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US troops rushed to evacuate embassy staff from Sudan, but thousands of Americans remain with advice to 'shelter in place'

Ryan Pickrell   

US troops rushed to evacuate embassy staff from Sudan, but thousands of Americans remain with advice to 'shelter in place'
  • US special operators evacuated American embassy personnel from Sudan, where intense fighting continues.
  • Thousands of Americans, however, remain in country and have been warned to "shelter in place."

US special operations forces rushed into a bloody fight in Sudan over the weekend to evacuate diplomatic personnel from a rapidly deteriorating situation, but while the mission was a success, there are still thousands of Americans in country.

Around a hundred special operations forces — including members of SEAL Team Six and the Army's 3rd Special Forces Group, per The Washington Post — conducted the evacuation of the US Embassy in Khartoum using MH-47 Chinook helicopters that flew roughly 1,600 miles round-trip.

"The operation was fast and clean, with service members spending less than an hour on the ground in Khartoum," Lt. Gen. D.A. Sims, Director of Operations, Joint Staff J3, said during a special late Saturday night briefing. "As we speak, the evacuees are safe and secure." Sims told reporters that the helicopters didn't take any fire during the mission and were able to get in and out "without issue."

Around 70 people were evacuated from the embassy compound, The Associated Press reported. Several other countries have also evacuated their embassies.

News of the evacuation came after reports last week that an American diplomatic convoy had come under fire in Sudan amid the ongoing fighting and that the US was moving troops to nearby Djibouti in preparation for a possible mission to get embassy staff out of Khartoum.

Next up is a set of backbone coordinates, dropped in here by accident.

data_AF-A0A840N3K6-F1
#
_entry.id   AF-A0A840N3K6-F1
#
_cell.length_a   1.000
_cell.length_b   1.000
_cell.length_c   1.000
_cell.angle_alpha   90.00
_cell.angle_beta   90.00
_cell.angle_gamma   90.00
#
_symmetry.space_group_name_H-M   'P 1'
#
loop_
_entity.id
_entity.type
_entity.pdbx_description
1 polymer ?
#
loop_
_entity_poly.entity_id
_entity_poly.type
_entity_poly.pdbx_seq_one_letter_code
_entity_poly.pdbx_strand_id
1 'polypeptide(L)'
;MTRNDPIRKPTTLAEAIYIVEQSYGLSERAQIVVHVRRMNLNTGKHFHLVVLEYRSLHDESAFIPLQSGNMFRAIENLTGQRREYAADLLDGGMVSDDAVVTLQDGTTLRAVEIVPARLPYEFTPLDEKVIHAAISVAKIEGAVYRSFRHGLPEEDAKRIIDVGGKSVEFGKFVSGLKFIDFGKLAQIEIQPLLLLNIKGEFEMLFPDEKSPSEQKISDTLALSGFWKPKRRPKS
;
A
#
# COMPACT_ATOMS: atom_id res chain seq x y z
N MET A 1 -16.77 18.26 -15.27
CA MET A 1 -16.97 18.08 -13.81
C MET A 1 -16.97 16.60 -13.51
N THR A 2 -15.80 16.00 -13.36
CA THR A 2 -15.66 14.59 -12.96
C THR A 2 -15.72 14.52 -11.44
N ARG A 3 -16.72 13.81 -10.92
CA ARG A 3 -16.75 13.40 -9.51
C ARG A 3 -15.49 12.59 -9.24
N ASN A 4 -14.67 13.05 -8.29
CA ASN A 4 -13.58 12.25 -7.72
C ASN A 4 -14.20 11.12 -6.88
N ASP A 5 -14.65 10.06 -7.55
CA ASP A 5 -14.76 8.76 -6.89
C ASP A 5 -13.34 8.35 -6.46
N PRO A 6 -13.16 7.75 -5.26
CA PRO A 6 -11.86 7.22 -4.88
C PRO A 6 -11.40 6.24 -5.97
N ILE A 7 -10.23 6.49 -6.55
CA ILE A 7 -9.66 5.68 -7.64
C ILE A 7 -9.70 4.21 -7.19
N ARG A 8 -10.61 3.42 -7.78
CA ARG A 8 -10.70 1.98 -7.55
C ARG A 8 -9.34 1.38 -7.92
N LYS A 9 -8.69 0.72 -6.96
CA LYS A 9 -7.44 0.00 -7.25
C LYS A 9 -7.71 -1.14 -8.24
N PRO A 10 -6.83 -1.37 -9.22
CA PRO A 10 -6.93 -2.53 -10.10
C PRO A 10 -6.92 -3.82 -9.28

The Washington Post reported Sunday that an estimated 16,000 Americans, many of whom hold dual citizenship, remain in Sudan, where they have been encouraged to "shelter in place." One American has been killed so far in the violence, according to the State Department.

In security alerts sent out last week, the US Embassy in Khartoum said that "US citizens are strongly advised to remain indoors, shelter in place until further notice and avoid travel to the US embassy," adding that "due to the uncertain security situation in Khartoum and closure of the airport, it is not currently safe to undertake a US government-coordinated evacuation of private US citizens."

Sudan erupted in violent conflict a little over a week ago as forces loyal to Gen. Abdel Fattah al-Burhan, commander of the Sudanese army, and Lt. Gen. Mohamed Hamdan Dagalo, leader of the paramilitary Rapid Support Forces, clashed in the streets. The two generals have been locked in a power struggle since they orchestrated a coup together a few years ago, and that spat has now reached a boiling point.

The fighting has left nearly 500 people dead and several thousand more injured.

The US Embassy, which has suspended operations, said in its latest security alert that the US remains committed to helping American citizens still in Sudan but cautioned that "the security situation throughout Sudan continues to be violent and unpredictable due to ongoing armed conflict, with active fighting in country and uncertain safety conditions."

It further recommended "carefully considering routes and the risks of travel, because roads may be crowded, exposed to combat operations, or have deteriorated infrastructure due to damage to bridges, roads, and facilities."

In response to Insider's request for comment on Americans left behind in Sudan, a State Department press officer said that the department is "in communication with U.S. citizens requesting assistance departing Sudan, and their families in the United States."

The officer noted though that "this is an unfolding situation, and we cannot provide more details for security reasons."

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